HAMPTON, Ga. -- With the season championship all but out of reach, Jeff Gordon knew his best hope was to build momentum for a title run in 2004.
A victory on Monday in the rain-interrupted NASCAR Winston Cup race at Atlanta Motor Speedway was his second in a row, giving his Hendrick Motorsports team the boost the four-time Winston Cup champion was looking for.
"Number one, we always want to win and we fight to win every race," Gordon said. "The thing I love about our race team is when we go through tough times, and we've been through them before, it just makes us dig deeper and get stronger.
"This reminds us a little bit of 2000, where we ended the season on a real positive note. And this is better because I don't remember us winning a couple of races toward the end of the season."
While Gordon was celebrating his win in the Bass Pro Shops MBNA 500 -- which was halted by rain Sunday after just 39 of 325 laps -- Kevin Harvick was lamenting what likelyw as the end of his quest to catch points leader Matt Kenseth. Harvick finished 20th, struggling over the last 100 laps after his Chevrolet was involved in a wreck with Dave Blaney. Kenseth rallied from early struggles to come home 11th, and his lead ballooned to 258 points over new second-place driver Dale Earnhardt Jr.
One spot farther back is Harvick, who's now 262 behind Kenseth.
"It's over," was all Harvick said afterward.
Monday's race ended under caution after pole-winner Ryan Newman was sent spinning into the wall with a tap on the rear bumper by Earnhardt four laps from the end.
Gordon went 22 races without a win before taking the checkered flag Oct. 19 at Martinsville.
"Never count us out," Gordon said. "I know we haven't won a lot this year, but we're strong finishers."
The two latest wins followed four straight fifth-place finishes and have helped Gordon move into fifth in the season standings, 296 points behind Kenseth but only 38 behind Earnhardt.
On Monday, Gordon passed six-time Atlanta winner Bobby Labonte for the lead on lap 277 and stayed in front the rest of the way to earn his fourth victory at the Atlanta track.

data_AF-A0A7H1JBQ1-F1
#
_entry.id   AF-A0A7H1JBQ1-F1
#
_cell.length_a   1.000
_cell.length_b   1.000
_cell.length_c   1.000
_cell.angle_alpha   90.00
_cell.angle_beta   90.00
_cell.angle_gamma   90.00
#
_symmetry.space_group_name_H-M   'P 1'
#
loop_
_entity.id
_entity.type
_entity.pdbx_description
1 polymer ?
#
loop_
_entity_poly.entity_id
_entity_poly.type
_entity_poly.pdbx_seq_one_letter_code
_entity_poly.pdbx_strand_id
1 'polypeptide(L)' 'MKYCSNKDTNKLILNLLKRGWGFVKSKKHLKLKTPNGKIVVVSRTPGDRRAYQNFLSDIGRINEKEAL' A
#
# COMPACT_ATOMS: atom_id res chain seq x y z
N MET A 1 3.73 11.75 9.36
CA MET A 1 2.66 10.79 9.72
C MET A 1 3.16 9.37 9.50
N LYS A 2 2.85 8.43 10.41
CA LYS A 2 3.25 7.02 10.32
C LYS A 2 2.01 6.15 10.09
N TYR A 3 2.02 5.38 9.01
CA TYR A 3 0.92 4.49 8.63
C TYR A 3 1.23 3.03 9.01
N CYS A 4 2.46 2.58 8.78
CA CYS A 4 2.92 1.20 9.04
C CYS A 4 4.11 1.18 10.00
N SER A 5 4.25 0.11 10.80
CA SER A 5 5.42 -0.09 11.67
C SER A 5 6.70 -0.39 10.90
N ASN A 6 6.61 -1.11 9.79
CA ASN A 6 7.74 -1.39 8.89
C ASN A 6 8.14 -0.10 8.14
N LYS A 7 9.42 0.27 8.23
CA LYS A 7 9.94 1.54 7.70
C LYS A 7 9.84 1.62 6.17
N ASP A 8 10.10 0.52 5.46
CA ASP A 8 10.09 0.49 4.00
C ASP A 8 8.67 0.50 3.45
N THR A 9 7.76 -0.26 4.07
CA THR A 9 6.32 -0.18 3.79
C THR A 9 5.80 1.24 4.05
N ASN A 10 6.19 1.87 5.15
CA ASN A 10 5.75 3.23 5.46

Jimmie Johnson, who finished second to his car owner and teammate at Martinsville, was third. He was followed by Bill Elliott and Labonte, who faded after the final pit stops.
Stewart's crew had a problem with an air gun on a pit stop on lap 224. Stewart, who had been fourth, came out of the pits 17th and was 16th when the race restarted on lap 230.
The defending series champion appeared to have the fastest car on the 1.54-mile oval. He quickly caught the leaders, moving all the way to fourth by lap 267.
Gordon and Stewart made their final stops under green on lap 286 and Stewart came out second. He pressured Gordon as much as he could but was unable to catch the leader.
Stewart was about five car-lengths behind Gordon in the battle of Chevrolets when the last of 10 cautions waved on lap 322. With NASCAR no longer allowing drivers to race back to the flagstand on a caution, that ended Stewart's challenge.
"That's pretty impressive coming back from 17th place to second without a caution," said Stewart, who made only a few quick comments before leaving the track. "I'm pretty happy.
"If we hadn't come out 17th on that pit stop, we'd have won."
Gordon had fuel pressure problems on restarts and said he was fortunate that the caution-filled race stayed under green for 93 laps before Newman hit the wall because there was no time for another restart.
"With the problems we were having in first and second gear, I was afraid Tony would pass me if we had another restart," Gordon said. "I was pretty happy when I realized the race would end under yellow."
Gordon said he also felt fortunate to hold off the hard-charging Stewart as long as he did.
"I was expecting him to catch me. I kept moving my line around, trying to get in front of him and him his air," Gordon said. "I had an awesome pit crew today. That's what won the race."